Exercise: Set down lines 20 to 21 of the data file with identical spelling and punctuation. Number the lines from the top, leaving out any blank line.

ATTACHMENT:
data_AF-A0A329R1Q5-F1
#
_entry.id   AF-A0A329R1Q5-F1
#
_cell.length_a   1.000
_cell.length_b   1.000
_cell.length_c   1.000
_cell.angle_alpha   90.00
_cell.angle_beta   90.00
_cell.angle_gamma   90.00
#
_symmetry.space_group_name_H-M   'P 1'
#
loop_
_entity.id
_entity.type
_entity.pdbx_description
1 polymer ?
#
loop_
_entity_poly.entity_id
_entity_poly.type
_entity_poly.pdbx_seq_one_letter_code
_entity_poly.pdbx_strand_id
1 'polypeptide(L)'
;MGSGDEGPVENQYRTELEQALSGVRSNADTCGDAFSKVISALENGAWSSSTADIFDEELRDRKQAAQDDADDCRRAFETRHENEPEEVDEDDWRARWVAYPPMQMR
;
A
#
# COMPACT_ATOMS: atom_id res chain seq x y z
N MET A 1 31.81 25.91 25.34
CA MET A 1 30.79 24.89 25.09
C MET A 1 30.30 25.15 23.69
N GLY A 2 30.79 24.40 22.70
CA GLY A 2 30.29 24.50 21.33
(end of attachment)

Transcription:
loop_
_entity_poly.entity_id